How to Anchor Safer with a House Brick
by Nancy Knudsen/Glynne Attersall, MHYC on 27 Apr 2006
Anchor buddy with friend . .
You’re in a deserted anchorage. It’s a dark night, no moon. You can’t even see to line up to the shore. It’s a lee shore - that’s the only way you could escape the worst of the 30 kt winds out there in the ocean - but invisible. In here, although the sea is calmer, the wind is still hitting 25 kts occasionally. It’s a small anchorage and deep, 20 metres. You have 80 metres of chain out. Scope 4 to 1. Is it enough? Will you sleep?
Maybe not, not tonight. But there are two things which might help, and the first is the anchor alarm:
The good news is that they come with most standard GPS systems. However, they aren’t always useful. An anchor alarm is almost no use in changeable wind, because if your boat is swinging, you must either set the alarm for such a great movement that it is useless, or else it will be waking you every time the boat swings. With a steady wind from the same direction, as in the anecdote above, you can set the anchor alarm for as small a variation as 1 metre. This means that if your boat moves even one metre from its GPS position the GPS alarm will wake even the sleeping fish around the boat.
The other is a House Brick. I guess if you help me to sleep soundly when at anchor, you’re a brick! – Or a buddy. An Anchor buddy in fact. It was Glynne Attersall from the Middle Harbour Yacht Club who was first heard to say, 'The first anchor buddy I ever used for my boat was an ordinary house brick.'
While Glynne may have used a house brick – and it would still work well – anchor buddies have come a long way since then and go by any number of names on the world market: chums, kellets, sentinels, anchor angels
And what are they and how do they work?
They change the angle of pull on the anchor to help it dig in, thus reducing the boat swing by up to 50%. In this diagram, the lightly drawn line between the bow of the boat and the anchor is there merely to show what WOULD have been the angle of the anchor without the anchor buddy in place.
So the central role that they perform is HOLDING THE ANCHOR RODE DOWN to the ocean bed, so that it pulls ALONG the bed, rather than at an upward angle.
Anchor weights have been used for generations to anchor boats more securely. Modern manufacturers claim that they almost double the holding power of the anchor.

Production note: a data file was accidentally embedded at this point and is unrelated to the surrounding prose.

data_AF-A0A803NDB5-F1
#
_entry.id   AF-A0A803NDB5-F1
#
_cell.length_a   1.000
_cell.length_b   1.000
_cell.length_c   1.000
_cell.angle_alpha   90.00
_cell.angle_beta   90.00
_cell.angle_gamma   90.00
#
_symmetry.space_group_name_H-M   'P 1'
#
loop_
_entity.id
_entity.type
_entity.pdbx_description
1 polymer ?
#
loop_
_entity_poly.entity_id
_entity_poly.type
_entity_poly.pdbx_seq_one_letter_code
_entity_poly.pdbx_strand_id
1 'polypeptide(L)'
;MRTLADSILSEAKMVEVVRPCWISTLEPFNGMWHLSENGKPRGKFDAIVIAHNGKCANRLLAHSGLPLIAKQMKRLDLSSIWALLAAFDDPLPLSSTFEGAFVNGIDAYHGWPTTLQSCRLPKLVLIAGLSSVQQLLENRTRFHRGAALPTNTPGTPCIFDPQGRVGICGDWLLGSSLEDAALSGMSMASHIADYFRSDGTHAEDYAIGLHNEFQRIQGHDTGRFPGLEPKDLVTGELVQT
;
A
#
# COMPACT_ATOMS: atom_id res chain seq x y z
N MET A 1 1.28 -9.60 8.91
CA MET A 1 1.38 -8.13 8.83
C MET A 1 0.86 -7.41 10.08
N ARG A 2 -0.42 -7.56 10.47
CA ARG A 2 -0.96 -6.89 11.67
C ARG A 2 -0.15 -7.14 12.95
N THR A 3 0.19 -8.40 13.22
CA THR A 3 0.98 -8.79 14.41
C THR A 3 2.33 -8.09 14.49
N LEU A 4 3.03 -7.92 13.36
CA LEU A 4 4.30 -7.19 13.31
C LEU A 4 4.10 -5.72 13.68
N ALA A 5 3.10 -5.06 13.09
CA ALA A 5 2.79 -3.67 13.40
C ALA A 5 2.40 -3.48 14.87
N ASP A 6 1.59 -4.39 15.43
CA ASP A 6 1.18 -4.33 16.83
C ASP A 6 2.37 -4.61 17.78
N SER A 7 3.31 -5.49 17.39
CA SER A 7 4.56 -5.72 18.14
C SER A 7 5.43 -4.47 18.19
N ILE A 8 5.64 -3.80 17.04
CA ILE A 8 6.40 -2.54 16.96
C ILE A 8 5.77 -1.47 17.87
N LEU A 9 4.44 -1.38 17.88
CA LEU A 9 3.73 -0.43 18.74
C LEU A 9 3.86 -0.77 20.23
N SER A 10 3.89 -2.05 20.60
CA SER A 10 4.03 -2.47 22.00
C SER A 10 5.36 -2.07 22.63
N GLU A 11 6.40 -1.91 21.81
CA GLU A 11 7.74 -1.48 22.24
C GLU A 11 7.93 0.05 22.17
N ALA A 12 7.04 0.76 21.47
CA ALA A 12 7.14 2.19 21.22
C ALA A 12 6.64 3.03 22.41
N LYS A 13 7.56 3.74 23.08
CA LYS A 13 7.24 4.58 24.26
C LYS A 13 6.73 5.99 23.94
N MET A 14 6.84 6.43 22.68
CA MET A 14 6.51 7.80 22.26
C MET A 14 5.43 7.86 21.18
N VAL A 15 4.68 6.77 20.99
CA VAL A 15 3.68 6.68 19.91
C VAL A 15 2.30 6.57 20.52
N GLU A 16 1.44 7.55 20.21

However, and very importantly, there is also an additional advantage in that it REDUCES THE EFFECT OF THE WIND ON THE BOAT, because as the boat yaws less, there is less windage, and therefore less drag on the anchor.
What are the other alternatives to using an anchor buddy?
Well, you can set two anchors and hope the wind does not change direction.
But do you really want to be in the dinghy setting an extra anchor when the weather is bad – and it’s always when the weather is bad that you need the extra security- ?
Should you really risk using your second anchor in case of further difficulties? If you have to move in a hurry, getting up two anchors just adds to the difficulties, and should they get entangled, it won’t be a good look.
The advantage with buying a commercially designed anchor buddy or any one of the other names on the market is that they have been designed for simple detachment – they can be simply twisted on or off in less than a minute- no tools are required. Speed is really important if you have to move the boat in a hurry.
So, apart from the advantages of reducing windage on the bow of the boat, and decreasing the angle between the anchor rode and the sea bed (hopefully to zero), there is another advantage, and that is the DECREASE IN THE SIZE OF THE SWINGING CIRCLE, and this is a huge advantage in crowded anchorages, where you can tuck into a smaller space than otherwise. If the wind is not high, you will swing around the anchor buddy position, not around the anchor position.
Glynne Attersall, the sailor we quoted above who started life with a house brick buddy, has also found another advantage, which I had never heard of, so I will let him tell the story:
'Anchor buddies, more often than not, STOP AN ANCHOR ROPE GETTNG WRAPPED AROUND THE KEEL as the yacht swings to the changed tide or wind direction. This can be a problem in an area with small tides, but where the tidal movement is great it becomes much more important as an issue. In the diagram above, imagine the straight line from the bow to the anchor were an anchor rope. If the yacht were to swing to a new wind as the tide current reduces, then the keel may well become entangled in the anchor rope. However, with an anchor buddy, the anchor rope is hanging almost straight down to the anchor buddy weight, which is below the keel, which hopefully, therefore, safely passes over the part of the anchor rope leading from the anchor buddy weight to the anchor.'
And are there disadvantages to using an Anchor Buddy?
Well, yes a couple, but they are not major. The first is that, unless you want extra weight in the bow, you cannot store it anywhere in the bow, which means it has to be lugged backwards and forwards each time you want to set it. The other disadvantage is that, of course, if you want to get your anchor up in a hurry - another boat dragging and threatening to hit you, or any other sudden calamity – it will definitely delay your getting the anchor up by a small amount of time.
Having said that, don’t leave home without one!
If you would like to know more, go to Anchor Buddy’s website, and we thank them for the diagram in this article.
We also thank Glynne Attersall from the that great cruising club the Middle Harbour Yacht Club
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